UM Press 1 Leaderboard

Tanks not troops

For the military-industrial complex, the Ukraine-Russia war is foremost a convenient opportunity to sell weapons

EuropeWar Zones

A Leopard 2A4 tank from Lord Strathcona’s Horse (Royal Canadians) travels on the Black Route of the 3rd Canadian Division Support Base Garrison Wainwright Training Centre in preparation for Exercise MAPLE RESOLVE 21, on April 30, 2021. Photo by Sailor First Class Camden Scott/Canadian Armed Forces/Flickr.

After nearly a year into the Russian invasion of Ukraine, two things are now abundantly clear.

First, Western analysts, particularly those favoured by the mainstream media, are consistently wrong about the reality on the ground and cannot adequately explain either why Ukraine is not decisively winning, nor why Russia is not decisively losing.

Second, virtually nobody in the Western political or media establishment is advocating for peace.

This is a war that is costing hundreds of thousands of lives. Yet, for the military-industrial complex, the bloodbath is yet another fantastic opportunity to sell weapons.

The recent announcement that Canada will participate in the international effort to equip Ukraine with ever-more sophisticated military hardware is more proof of the same.

NATO countries—and other nations under the aegis of US power—are being pressured to empty out their stores of weaponry and donate them to the Ukrainian defence effort. Ottawa has even offered to acquire a Norwegian-made surface-to-air missile system for Ukraine’s use, despite the fact that the Canadian military lacks such a capability (and has been seeking to acquire one for some time).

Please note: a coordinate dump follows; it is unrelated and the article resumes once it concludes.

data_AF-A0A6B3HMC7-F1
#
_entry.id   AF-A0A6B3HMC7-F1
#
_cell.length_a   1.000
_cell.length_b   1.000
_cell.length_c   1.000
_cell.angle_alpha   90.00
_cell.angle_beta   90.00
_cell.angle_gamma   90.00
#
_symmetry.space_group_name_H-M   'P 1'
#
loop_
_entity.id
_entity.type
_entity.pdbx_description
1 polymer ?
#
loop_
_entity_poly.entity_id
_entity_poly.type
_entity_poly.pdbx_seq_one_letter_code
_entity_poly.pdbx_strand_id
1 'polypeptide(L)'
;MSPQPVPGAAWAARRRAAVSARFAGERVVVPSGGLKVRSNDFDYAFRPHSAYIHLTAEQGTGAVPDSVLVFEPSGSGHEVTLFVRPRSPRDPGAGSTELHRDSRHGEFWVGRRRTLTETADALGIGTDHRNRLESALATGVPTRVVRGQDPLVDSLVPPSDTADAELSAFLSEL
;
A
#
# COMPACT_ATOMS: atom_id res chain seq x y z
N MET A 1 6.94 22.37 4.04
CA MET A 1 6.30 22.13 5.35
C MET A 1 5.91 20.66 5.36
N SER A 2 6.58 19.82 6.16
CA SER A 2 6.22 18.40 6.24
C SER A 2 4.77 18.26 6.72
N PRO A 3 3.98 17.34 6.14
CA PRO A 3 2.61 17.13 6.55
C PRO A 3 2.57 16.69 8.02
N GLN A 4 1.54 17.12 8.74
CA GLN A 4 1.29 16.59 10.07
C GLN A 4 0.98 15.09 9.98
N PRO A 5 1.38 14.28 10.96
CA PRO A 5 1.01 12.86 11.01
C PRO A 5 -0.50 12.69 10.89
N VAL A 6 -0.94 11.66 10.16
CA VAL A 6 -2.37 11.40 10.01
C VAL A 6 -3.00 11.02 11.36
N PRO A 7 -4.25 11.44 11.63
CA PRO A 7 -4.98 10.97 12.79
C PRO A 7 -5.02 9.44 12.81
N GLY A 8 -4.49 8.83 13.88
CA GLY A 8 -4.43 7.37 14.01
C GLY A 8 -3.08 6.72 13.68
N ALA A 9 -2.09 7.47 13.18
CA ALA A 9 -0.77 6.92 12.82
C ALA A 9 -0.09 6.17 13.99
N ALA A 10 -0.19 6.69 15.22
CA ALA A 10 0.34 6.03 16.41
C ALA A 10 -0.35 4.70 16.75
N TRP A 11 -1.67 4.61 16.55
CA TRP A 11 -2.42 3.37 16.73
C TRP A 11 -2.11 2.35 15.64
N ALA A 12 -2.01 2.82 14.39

And while the US has pledged to deliver dozens of their advanced M1 Abrams tanks, they likely won’t arrive until the end of the year. At the same time, the Biden administration remains loathe to commit its most advanced weapons systems to the conflict, particularly long-range missiles with the capability to strike deep within Russian territory.

The apparent logic in providing endless, albeit piecemeal, support is that it will likely avoid a direct conflict between NATO and Russia. But considering the amount of direct material and financial aid, not to mention training assistance and sanctions, a de facto state of direct warfare already exists, and has existed for some time. The odds of this conflict escalating out of control and into a nuclear exchange, either of a localized or humanity-ending nature, are higher now than at any time during (or since) the Cold War.

Predictably, Canada’s political establishment has failed in trying to walk the nations of the world back from the brink of calamity. So much for our apparent reputation for peacekeeping. Canada’s farce of a United Nations ambassador, Bob Rae, is an enthusiastic cheerleader for the conflict and has celebrated moves to ramp us arms shipments to Ukraine. In a demonstration of his apparent diplomatic skill, he denigrates peace activists as useful idiots.

Canada’s establishment media is no better, steadfastly refusing to publish anything that would cast doubt on the official NATO narrative about how this conflict started, about Ukraine’s less than stellar human rights and democratic record, or anything that is critical of Ottawa’s near total lack of interest in trying to bring the war to a negotiated end.

It often feels like the worldview of Canada’s political and media establishment is more grounded in the science fiction fantasyland of Star Wars—where good always triumphs over evil, and evil is cartoonishly incompetent—than the messy reality of a Russian military intervention in its own backyard.